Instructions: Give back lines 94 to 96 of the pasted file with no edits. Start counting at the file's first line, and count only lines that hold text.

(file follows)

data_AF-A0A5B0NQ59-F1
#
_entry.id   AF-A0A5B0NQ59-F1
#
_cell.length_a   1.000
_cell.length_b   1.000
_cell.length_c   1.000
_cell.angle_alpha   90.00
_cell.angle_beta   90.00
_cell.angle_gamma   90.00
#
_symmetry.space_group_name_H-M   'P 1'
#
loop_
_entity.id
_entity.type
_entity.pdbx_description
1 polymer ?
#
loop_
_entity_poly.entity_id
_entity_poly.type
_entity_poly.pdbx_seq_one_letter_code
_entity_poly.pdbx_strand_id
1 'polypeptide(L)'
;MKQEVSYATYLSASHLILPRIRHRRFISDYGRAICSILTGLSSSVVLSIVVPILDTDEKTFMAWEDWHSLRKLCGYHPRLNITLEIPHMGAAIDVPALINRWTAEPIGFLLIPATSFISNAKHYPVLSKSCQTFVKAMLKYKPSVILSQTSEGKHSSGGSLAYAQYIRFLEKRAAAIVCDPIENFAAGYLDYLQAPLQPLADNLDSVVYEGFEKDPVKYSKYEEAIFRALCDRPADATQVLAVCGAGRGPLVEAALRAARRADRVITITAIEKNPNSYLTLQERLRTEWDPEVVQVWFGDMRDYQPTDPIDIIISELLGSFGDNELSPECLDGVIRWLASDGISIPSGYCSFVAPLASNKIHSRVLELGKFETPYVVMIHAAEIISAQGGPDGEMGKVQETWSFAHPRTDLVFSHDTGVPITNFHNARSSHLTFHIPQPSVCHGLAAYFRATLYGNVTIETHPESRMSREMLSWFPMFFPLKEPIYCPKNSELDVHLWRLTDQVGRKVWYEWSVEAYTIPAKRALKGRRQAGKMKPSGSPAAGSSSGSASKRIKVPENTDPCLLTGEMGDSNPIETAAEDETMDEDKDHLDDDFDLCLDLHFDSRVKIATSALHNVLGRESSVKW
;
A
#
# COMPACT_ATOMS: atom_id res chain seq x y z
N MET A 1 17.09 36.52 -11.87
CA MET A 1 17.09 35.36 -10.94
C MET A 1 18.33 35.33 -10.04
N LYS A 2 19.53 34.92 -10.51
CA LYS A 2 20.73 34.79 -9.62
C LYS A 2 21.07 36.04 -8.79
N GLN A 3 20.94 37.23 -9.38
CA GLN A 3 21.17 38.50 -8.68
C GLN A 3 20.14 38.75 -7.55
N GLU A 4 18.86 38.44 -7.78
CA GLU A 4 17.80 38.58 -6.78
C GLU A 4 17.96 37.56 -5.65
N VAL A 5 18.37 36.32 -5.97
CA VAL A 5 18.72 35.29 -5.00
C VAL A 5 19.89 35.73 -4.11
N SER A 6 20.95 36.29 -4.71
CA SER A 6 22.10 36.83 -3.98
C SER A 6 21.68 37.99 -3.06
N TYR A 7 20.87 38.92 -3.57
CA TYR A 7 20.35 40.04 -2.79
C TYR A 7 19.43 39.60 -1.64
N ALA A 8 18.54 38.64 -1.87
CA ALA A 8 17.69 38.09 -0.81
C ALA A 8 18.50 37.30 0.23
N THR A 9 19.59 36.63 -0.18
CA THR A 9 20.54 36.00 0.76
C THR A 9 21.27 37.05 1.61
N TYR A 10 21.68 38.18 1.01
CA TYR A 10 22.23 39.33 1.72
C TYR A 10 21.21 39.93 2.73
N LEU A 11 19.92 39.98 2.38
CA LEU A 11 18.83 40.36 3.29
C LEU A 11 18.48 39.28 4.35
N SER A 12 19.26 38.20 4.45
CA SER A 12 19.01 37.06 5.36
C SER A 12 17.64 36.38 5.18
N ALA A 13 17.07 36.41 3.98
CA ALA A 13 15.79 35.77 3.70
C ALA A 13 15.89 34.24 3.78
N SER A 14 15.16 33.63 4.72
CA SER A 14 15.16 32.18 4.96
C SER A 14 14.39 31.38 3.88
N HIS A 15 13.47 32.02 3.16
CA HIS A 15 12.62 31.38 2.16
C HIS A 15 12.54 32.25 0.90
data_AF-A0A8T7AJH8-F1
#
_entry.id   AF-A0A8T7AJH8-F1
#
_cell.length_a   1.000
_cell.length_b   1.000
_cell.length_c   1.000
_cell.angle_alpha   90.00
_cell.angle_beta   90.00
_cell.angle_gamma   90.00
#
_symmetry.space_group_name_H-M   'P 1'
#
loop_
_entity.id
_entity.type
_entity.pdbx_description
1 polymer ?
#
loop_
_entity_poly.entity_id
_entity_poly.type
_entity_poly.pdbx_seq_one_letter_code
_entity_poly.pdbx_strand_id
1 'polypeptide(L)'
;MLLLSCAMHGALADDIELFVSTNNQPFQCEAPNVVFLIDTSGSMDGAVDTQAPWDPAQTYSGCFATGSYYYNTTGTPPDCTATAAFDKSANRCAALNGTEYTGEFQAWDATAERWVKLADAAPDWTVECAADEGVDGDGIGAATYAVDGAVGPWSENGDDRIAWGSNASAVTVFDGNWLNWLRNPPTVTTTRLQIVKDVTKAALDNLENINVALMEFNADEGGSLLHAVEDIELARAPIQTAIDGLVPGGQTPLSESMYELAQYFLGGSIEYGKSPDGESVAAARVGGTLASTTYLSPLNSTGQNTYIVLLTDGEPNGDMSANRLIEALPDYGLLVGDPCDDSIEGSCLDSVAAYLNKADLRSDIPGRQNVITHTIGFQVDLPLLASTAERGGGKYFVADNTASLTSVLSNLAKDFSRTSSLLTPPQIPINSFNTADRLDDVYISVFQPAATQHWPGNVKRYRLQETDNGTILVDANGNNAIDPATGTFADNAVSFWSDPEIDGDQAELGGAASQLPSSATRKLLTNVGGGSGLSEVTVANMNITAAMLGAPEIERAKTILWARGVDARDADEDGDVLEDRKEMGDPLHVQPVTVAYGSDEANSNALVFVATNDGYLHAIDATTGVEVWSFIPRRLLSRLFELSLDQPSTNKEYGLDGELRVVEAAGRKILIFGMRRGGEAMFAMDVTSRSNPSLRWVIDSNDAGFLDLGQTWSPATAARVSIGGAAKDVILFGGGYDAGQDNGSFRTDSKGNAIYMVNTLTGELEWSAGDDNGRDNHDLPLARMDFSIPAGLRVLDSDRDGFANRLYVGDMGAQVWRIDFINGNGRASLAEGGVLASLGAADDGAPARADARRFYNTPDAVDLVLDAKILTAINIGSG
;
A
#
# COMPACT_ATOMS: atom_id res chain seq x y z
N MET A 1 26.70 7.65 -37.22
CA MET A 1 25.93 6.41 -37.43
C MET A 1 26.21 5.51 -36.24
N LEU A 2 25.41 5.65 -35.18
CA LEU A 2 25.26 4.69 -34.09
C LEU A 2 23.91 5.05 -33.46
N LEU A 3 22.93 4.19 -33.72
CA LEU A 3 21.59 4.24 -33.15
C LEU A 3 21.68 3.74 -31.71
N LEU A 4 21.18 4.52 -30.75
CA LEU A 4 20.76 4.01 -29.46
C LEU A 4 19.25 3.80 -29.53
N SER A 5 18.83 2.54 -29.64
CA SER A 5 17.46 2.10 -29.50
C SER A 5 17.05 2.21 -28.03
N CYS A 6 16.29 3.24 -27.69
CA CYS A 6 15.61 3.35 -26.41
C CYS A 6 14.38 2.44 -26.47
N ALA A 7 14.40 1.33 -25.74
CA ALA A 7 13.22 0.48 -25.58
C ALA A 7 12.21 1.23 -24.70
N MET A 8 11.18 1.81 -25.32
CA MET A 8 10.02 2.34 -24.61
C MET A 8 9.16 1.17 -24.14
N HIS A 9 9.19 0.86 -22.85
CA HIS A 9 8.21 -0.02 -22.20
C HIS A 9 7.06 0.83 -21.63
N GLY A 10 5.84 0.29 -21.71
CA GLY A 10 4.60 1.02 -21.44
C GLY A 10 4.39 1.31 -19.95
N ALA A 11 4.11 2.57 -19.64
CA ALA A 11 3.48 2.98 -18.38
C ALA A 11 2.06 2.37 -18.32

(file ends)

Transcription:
#
loop_
_entity_poly.entity_id